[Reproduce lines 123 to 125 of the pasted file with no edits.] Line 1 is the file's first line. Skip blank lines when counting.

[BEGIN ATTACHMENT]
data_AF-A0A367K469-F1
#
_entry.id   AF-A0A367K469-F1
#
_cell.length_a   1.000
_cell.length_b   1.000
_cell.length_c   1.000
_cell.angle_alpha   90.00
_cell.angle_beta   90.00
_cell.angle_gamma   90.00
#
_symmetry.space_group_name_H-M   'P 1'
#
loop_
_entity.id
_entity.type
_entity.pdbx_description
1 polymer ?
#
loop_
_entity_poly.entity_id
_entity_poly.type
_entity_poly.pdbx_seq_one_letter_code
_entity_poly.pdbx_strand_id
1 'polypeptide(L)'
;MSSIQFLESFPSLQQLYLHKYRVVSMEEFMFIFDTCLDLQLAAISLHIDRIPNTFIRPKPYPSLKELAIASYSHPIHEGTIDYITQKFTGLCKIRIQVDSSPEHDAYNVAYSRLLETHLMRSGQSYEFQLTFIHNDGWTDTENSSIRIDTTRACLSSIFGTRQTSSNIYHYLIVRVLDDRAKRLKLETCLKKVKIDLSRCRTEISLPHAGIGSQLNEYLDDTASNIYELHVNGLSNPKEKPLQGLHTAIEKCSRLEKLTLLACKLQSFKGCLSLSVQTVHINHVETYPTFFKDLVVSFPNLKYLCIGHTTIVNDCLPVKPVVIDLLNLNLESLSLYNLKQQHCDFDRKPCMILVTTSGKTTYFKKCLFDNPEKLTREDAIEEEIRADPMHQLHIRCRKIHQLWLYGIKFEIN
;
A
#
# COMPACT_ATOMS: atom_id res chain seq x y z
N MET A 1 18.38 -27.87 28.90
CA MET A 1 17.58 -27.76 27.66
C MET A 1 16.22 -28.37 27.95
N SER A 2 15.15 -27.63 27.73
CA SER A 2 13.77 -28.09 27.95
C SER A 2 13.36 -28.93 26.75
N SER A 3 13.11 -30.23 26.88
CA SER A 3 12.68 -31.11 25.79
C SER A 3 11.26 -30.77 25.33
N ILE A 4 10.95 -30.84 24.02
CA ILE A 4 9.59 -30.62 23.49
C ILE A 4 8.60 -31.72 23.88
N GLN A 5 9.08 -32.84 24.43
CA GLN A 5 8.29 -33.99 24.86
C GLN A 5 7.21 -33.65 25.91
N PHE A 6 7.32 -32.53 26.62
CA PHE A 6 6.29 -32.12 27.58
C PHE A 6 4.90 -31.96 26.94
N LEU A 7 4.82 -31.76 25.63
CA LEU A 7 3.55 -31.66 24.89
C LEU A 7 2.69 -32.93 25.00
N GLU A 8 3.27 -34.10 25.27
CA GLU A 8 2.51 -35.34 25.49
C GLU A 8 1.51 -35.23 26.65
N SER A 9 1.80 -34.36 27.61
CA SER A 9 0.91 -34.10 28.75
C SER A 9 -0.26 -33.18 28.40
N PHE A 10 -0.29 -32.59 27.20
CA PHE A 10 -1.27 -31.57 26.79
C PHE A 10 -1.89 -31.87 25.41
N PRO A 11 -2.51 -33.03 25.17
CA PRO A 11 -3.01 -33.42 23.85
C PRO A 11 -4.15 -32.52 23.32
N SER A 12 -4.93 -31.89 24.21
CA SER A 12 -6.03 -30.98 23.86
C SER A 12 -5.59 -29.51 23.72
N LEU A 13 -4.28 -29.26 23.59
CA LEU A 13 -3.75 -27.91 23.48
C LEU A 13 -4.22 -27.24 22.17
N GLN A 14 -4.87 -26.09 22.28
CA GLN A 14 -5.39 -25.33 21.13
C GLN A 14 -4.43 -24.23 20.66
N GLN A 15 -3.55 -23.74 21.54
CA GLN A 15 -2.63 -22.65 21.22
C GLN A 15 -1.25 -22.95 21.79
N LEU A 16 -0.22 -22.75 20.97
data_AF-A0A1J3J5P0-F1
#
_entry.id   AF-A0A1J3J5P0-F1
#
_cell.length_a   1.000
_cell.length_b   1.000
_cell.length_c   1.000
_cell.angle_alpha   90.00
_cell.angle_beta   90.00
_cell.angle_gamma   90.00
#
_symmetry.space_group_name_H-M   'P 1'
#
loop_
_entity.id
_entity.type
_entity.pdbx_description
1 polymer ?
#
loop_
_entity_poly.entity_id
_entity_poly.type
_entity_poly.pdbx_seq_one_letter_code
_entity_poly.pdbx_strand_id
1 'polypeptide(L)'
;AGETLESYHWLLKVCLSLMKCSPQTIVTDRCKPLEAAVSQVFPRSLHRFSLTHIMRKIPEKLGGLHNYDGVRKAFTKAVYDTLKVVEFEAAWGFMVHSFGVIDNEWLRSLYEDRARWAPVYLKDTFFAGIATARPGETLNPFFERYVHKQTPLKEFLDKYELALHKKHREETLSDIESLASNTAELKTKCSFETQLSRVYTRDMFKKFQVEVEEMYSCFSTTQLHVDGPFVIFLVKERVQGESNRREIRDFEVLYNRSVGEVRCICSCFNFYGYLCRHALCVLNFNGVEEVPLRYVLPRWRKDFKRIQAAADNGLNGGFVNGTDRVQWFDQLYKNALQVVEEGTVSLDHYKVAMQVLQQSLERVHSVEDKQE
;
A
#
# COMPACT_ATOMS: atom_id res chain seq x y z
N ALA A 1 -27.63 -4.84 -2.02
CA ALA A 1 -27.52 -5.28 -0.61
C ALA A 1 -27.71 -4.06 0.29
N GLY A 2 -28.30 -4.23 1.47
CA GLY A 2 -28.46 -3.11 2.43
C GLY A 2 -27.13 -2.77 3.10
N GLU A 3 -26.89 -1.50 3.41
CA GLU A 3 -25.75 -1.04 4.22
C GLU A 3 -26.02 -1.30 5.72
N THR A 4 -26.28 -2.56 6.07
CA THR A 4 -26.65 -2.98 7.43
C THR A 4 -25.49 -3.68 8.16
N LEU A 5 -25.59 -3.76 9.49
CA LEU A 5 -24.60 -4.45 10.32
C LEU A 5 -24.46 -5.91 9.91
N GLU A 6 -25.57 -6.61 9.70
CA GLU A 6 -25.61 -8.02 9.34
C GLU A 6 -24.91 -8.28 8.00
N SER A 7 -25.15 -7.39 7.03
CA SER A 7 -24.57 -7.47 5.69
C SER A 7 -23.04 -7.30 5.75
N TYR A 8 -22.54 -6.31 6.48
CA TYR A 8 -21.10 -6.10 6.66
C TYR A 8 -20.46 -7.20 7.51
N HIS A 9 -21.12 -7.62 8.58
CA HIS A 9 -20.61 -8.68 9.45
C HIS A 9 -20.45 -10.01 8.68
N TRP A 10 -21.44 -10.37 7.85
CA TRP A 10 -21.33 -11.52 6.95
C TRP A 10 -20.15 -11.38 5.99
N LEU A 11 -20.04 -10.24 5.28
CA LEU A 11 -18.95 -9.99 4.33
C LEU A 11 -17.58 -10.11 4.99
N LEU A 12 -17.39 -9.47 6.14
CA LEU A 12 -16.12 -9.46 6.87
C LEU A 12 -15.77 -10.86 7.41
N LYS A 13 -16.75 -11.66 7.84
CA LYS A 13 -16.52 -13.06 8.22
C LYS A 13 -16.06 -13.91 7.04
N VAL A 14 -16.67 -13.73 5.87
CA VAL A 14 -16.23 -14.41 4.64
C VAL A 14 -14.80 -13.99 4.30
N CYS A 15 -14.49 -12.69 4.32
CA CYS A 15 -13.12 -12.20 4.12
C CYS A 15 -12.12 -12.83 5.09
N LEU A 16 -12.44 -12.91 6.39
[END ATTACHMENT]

CA GLU A 6 -25.61 -8.02 9.34
C GLU A 6 -24.91 -8.28 8.00
N SER A 7 -25.15 -7.39 7.03